And I am definitely someone.

Because it’s that time of year again! 🙂

My baby turns three today. And what a long way we’ve come.

Yes, I feel the urge to introspect today. How my writing has changed and how I have changed.

And more importantly, where we are headed from here.

Me and my baby, we started out as overly punctuated, in coherent, strongly opinionated ramblings of a nineteen year old in college. I was clueless about love and had no idea of how to be tactful. My fuse was practically non existent and the slightest thing could set me off. I was not very perceptive of my surroundings and the feelings of people around me. Plus I was rude to boot.

This blog was a pain. It was filled with the hopes and fears of a teenager about to step out into the world. Very silly sounding fear and hopes. Things that now sound very juvenile. Very unimportant.

And the punctuation! I can’t believe I wrote like that. What would Mrs.Rabi (eighth grade English teacher) think?! Too many ‘…….’. Reflects incoherence and lack of organization of thought, don’t you think?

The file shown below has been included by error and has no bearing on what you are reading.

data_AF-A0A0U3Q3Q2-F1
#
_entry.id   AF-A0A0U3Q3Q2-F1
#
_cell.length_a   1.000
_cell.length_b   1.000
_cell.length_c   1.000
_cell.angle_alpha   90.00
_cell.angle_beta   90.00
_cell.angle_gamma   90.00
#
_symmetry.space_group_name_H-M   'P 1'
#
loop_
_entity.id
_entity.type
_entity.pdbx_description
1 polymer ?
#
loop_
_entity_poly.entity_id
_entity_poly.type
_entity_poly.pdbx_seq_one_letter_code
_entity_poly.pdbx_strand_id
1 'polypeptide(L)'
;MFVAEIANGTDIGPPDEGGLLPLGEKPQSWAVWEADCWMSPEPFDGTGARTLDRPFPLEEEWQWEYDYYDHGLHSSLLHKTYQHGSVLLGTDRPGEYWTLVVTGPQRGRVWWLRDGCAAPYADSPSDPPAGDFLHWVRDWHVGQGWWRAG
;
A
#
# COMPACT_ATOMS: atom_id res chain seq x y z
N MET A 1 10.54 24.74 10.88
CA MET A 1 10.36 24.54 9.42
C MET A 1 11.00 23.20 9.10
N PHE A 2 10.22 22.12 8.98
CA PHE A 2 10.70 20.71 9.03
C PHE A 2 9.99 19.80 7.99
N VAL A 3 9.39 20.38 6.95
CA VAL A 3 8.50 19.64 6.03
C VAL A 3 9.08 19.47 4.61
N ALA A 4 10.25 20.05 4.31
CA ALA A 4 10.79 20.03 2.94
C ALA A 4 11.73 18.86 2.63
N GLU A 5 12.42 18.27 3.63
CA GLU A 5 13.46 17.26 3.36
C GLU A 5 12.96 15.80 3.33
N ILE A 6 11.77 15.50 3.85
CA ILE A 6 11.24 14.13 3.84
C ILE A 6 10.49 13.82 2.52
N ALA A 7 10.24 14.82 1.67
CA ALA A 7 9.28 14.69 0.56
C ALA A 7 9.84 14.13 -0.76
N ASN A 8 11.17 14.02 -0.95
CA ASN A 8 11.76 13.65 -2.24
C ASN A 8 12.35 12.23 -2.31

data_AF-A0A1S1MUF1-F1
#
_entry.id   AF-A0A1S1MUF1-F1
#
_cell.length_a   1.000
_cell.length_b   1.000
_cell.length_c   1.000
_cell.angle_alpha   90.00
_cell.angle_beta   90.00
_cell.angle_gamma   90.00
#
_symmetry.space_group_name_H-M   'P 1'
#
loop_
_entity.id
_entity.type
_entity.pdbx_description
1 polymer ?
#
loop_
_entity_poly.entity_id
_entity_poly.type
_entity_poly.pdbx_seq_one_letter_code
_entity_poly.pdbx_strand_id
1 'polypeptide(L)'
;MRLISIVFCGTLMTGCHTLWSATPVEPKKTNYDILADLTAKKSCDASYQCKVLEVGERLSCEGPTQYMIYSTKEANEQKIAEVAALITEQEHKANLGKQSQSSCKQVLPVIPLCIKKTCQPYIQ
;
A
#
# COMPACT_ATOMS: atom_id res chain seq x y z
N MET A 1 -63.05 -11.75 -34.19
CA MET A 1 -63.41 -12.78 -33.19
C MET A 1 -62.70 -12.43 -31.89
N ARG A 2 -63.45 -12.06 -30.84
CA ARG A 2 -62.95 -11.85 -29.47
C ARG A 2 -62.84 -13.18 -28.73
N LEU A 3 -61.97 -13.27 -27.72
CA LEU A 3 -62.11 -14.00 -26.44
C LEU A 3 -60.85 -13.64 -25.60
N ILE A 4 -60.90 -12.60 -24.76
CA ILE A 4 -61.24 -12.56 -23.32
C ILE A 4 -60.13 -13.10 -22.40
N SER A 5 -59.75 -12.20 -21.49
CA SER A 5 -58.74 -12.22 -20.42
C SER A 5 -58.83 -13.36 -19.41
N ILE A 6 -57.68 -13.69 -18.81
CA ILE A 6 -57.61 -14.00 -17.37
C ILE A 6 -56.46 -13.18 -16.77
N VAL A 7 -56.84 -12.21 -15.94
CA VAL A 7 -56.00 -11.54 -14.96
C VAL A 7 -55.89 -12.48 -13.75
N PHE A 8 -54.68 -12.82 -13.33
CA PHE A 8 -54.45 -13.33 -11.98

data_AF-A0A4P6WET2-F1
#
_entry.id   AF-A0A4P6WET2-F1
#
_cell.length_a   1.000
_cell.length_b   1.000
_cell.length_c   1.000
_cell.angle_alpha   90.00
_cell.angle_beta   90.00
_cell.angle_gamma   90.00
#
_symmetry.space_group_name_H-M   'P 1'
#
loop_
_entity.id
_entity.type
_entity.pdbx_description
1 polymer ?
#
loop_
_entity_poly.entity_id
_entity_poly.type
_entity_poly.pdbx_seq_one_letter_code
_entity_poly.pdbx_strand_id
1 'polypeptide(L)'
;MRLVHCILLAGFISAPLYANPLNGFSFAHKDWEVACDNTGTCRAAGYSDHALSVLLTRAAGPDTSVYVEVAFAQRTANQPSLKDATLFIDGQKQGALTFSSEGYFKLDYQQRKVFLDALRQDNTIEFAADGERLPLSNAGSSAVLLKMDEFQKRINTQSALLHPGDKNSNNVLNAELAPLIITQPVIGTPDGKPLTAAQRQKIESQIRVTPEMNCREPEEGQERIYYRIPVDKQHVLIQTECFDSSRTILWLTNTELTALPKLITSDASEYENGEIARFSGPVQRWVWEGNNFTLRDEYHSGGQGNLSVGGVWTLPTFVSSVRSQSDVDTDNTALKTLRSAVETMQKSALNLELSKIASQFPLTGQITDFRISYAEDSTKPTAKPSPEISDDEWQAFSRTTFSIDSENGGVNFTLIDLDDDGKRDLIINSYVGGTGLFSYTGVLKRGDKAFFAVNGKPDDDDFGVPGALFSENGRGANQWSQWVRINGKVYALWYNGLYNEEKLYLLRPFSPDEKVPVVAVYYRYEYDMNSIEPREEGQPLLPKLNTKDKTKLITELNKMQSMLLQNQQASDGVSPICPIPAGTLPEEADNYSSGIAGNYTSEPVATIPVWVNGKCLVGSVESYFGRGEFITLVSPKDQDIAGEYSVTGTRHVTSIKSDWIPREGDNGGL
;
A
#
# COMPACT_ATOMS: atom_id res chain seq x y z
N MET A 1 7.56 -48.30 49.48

And now? What has happened in three years you ask? Well the ‘…’ are gone for starters. The sentence construction is much better and my thoughts are organized much more neatly. I still ramble. And rant. And rave. But every now and then, a glimmer of intelligence shows through, I hope. And a glint of humor, maybe?

Oh and the best part for you as readers! I’ve stopped posting everyday! 😉

Yesterday and today are exceptions of course. After all, it’s our birthday and we are allowed to spoil ourselves.

Me the person has changed too. From times when the only weighty decision I had to make was whether to eat in the mess or outside, I have come a long way. I find myself making decisions about my happiness.

Making decisions that are life changing.

That are scary.

I have become more sensitive to people and their feelings. And I have become more confident.

Sure, the future scares me. I’m not sure everything will work out. But I’m willing to take a chance. And I have the confidence that if I fall I can pick myself up.

Likewise this blog. Maybe my baby will die a quiet death, with no one the wiser. Maybe she will go out in a blaze of glory mourned by many. Or maybe she will live on.

But why get morbid?

Happy birthday. Here’s to happiness. Yours and mine 🙂

I’ve come down to earth after a prolonged spell of deep introspection and unnecessarily deep thinking.

And so an outlining of rather mundane news of books, movies and music, that someone in some corner of the universe might find useful at some point in time, follows: